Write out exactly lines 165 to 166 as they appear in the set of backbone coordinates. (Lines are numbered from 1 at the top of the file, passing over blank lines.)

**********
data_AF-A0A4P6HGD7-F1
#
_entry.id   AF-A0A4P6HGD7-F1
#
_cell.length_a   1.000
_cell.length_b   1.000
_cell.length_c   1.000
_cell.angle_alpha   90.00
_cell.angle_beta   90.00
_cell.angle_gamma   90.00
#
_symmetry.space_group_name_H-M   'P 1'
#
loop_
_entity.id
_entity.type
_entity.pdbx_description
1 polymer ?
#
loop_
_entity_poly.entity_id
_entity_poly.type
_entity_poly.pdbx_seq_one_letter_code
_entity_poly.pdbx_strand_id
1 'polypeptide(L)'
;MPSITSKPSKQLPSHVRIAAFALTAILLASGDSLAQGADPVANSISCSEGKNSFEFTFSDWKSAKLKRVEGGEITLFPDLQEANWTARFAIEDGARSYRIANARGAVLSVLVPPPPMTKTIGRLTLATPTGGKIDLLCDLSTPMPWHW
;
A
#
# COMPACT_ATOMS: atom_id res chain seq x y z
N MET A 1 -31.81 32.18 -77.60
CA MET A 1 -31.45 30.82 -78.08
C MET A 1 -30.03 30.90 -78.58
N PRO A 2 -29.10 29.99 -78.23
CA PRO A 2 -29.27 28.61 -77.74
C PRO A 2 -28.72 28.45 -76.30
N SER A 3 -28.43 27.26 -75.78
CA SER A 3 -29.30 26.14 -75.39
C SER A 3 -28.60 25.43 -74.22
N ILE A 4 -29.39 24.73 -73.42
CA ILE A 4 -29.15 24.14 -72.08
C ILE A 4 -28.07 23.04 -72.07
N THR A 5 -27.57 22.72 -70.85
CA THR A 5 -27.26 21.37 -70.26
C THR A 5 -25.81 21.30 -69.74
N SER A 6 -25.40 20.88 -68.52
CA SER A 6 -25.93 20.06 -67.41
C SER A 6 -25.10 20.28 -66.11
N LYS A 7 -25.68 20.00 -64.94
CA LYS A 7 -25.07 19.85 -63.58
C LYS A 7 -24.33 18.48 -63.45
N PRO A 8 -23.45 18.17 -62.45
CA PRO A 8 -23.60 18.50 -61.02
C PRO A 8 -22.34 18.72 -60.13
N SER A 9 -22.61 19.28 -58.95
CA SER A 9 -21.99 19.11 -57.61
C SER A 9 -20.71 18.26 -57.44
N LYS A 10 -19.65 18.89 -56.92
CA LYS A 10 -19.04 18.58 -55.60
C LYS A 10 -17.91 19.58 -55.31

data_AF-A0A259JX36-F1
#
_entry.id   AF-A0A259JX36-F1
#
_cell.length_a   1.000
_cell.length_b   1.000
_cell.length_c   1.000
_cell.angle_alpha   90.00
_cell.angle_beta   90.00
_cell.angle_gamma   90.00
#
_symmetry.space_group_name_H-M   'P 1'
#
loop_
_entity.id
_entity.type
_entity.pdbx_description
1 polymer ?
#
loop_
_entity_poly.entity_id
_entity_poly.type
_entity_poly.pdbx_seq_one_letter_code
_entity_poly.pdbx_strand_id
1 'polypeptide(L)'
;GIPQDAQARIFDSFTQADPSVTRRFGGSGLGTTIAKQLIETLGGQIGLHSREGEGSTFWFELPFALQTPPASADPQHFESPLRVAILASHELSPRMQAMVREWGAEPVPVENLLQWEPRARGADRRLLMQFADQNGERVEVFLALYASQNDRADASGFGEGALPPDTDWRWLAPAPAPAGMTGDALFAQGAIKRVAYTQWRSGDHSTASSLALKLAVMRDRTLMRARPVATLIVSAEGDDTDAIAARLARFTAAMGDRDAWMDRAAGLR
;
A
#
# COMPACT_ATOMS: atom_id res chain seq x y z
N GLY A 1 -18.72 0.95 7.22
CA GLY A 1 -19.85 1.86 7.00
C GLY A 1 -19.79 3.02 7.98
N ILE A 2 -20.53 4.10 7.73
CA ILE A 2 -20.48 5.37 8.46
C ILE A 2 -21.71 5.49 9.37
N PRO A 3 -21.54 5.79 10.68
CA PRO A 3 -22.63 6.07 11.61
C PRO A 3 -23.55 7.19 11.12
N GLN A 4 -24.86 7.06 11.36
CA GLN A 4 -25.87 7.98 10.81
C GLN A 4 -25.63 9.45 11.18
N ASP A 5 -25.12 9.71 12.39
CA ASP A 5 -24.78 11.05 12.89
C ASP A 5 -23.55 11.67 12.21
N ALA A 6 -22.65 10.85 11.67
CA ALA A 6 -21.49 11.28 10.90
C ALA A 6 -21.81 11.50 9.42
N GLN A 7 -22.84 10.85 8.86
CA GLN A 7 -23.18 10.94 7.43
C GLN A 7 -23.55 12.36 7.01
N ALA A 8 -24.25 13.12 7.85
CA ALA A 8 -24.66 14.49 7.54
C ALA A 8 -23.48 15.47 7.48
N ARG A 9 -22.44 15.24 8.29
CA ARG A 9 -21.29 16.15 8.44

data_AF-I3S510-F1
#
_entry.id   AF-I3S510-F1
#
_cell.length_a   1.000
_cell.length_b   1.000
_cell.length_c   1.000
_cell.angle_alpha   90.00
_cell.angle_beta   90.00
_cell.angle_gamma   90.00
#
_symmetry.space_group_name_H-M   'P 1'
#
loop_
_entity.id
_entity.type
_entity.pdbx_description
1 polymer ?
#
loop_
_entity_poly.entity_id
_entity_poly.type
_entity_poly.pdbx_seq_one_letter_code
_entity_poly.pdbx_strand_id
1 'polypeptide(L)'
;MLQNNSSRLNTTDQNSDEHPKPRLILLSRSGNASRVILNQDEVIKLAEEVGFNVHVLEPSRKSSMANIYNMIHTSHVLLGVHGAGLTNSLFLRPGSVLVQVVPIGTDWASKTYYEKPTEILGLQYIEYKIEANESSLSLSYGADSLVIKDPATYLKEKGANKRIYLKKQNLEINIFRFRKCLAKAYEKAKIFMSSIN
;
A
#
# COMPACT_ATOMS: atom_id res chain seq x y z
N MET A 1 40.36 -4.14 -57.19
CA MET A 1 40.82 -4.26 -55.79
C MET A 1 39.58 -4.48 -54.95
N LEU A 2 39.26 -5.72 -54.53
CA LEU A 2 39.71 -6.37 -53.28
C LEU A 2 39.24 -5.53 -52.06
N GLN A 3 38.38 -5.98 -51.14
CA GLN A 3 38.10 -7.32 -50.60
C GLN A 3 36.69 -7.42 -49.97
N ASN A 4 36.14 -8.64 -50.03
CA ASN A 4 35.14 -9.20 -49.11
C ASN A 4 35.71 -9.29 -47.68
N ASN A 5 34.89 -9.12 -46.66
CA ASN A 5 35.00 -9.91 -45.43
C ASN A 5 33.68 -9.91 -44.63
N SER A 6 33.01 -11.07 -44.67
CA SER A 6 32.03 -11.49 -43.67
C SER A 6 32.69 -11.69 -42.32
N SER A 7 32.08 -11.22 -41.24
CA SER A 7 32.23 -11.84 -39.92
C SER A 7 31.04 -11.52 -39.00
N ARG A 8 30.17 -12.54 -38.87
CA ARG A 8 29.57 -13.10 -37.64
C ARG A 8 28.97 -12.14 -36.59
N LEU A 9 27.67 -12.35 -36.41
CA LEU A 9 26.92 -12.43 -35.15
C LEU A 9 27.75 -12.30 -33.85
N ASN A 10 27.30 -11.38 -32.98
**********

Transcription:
N SER A 7 32.08 -11.22 -41.24
CA SER A 7 32.23 -11.84 -39.92